Route 20 Ox and Bucks: Kidlington (Oxfordshire and Buckinghamshire)
Appendix A Route summary table
Appendix B Bike shops and cycle repair outfits
Appendix C Useful contacts
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This backpack-sized guidebook is ideal for those hunting new cycling routes in the South East of England. We're equipped with location, start/finish positions, distance covered, ascent, how long it will take to complete and a grading. The directions are straightforward and easy to follow, and each route comes with a map. The rides range between 37 to 73 miles in length and vary from flat routes for pacing training, to tough, hilly routes. The author has also provided 'feeding stations' so you know where to stop for lunch along the way.
Outdoor Enthusiast magazine, October 2015
Colin Dennis has produced two guides that will be of great interest to any cyclist who likes a challenge in great countryside. With many miles in his legs, he is admirably qualified to guide us on these routes; a cheery attitude shines through in the text and will appeal to those who have thought about taking on bigger challenges but have not yet got round to it, or would rather not but like the idea. The author offers advice to both experienced and newcomer alike.
Most of the routes are around the forty to sixty five mile mark or thereabouts. This makes it especially useful for anyone preparing for a new season of events or
looking to build up stamina for a “big one.” Equally they give the opportunity to test out one’s ability before joining the crowds up Box Hill or elsewhere. And, actually, these routes would make interesting day rides at a more leisurely pace; refreshment information is given and one can always double (or treble) the times suggested as suitable for the route.
Routes on Bodmin Moor, Exmoor, Dartmoor, the Cotswolds, New Forest, the Downs and Weald and Chilterns, amongst other southern hills, cannot be flat. Nor is that desirable from the point of view of the challenge rider. Mr. Dennis has sought out hilly sportives. Take a look at the route profiles. For the cyclists travelling at more of a touring pace, the hills make for good views, and grand airy cycling. Many of these routes would make good touring routes with a challenge, though none would be for the faint-hearted. Of course, there’s no need to rush, but, should you wish to do so, then the advice and guidance is here.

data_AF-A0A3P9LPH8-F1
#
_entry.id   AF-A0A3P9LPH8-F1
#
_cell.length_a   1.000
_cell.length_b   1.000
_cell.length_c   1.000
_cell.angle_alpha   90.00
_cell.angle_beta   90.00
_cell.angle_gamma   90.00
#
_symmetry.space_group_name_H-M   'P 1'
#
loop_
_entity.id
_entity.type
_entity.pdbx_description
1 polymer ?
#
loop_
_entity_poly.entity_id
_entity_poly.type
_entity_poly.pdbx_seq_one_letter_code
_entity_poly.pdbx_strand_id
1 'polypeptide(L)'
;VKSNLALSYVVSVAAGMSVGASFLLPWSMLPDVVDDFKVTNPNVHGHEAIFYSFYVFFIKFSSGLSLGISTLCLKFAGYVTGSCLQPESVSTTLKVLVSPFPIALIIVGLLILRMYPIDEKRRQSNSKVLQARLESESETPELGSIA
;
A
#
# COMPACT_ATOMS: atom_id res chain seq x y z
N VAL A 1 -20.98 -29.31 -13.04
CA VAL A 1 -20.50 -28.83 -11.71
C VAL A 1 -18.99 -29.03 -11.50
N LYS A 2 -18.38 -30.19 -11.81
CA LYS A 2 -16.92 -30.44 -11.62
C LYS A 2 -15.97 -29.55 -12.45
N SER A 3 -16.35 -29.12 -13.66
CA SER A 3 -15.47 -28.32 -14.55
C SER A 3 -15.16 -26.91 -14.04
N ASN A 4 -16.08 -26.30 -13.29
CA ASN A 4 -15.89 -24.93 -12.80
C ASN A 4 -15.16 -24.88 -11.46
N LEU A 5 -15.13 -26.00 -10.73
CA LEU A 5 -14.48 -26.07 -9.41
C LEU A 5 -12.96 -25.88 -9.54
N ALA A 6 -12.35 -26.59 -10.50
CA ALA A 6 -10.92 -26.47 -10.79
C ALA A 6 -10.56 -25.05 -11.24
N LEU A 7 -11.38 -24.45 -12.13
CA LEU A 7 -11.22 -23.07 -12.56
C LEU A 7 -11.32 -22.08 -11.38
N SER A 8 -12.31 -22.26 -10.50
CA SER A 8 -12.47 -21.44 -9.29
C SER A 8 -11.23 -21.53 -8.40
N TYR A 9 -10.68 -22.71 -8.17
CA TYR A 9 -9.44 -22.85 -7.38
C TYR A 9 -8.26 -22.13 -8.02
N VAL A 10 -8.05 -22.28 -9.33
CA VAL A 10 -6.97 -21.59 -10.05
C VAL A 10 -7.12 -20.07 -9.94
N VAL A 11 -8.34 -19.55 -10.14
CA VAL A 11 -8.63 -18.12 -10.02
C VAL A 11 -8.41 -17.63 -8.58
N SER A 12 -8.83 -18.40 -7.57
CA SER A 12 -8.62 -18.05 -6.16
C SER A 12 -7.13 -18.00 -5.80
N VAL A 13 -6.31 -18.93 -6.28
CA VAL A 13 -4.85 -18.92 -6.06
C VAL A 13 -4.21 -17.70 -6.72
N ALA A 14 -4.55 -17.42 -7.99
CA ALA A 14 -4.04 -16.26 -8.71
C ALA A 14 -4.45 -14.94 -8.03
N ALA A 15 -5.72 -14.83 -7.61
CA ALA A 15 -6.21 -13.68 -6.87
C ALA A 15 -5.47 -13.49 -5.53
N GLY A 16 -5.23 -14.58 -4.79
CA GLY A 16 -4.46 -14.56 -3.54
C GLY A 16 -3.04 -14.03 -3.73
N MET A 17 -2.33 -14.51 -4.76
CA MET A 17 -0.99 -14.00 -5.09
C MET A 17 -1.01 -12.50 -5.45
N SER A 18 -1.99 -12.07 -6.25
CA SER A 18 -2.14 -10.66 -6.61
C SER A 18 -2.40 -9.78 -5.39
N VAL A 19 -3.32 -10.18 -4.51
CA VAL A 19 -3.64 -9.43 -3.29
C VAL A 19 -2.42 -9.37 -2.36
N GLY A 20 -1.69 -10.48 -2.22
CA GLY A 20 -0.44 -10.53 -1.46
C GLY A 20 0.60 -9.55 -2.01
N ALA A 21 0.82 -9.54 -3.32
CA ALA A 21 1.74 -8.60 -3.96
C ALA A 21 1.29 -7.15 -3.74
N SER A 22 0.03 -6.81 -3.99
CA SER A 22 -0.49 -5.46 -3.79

Route directions are brief and to the point and there is little in the way of notes on what there is to see along the
way. That is not the point of the book. Additional weight is unwanted, and one suspects that the speedster will
download the digital routes available. In that sense it will be a planning book, though it fits easily in a jersey
pocket and there is sufficient detail to help with refreshments and accommodation.
So, a book of do-it-yourself sportives or challenge tours, great for preparation, great for a good day out great for
encouraging cyclists who want to step up to the big, big challenges. I really enjoyed reading these routes and
following them in my memory and on the map. A really interesting addition to the library.
Seven Day Cyclist, September 2016
Colin Dennis has been riding bikes of one sort or another for longer than he dares to remember. His passion for road and off-road cycling has taken him all over the UK and continental Europe, both leading expeditions and for personal pleasure. Plotting, planning and escaping to new locations are pastimes that have driven him for many years, and working as both freelance copywriter and cycle guide provides a happy balance at home and work. Colin is never happier than when he's struggling up a steep climb behind a group, usually covered in mud, but as long as there's a warm tea shop involved – everything's possible.View Articles and Books by Colin Dennis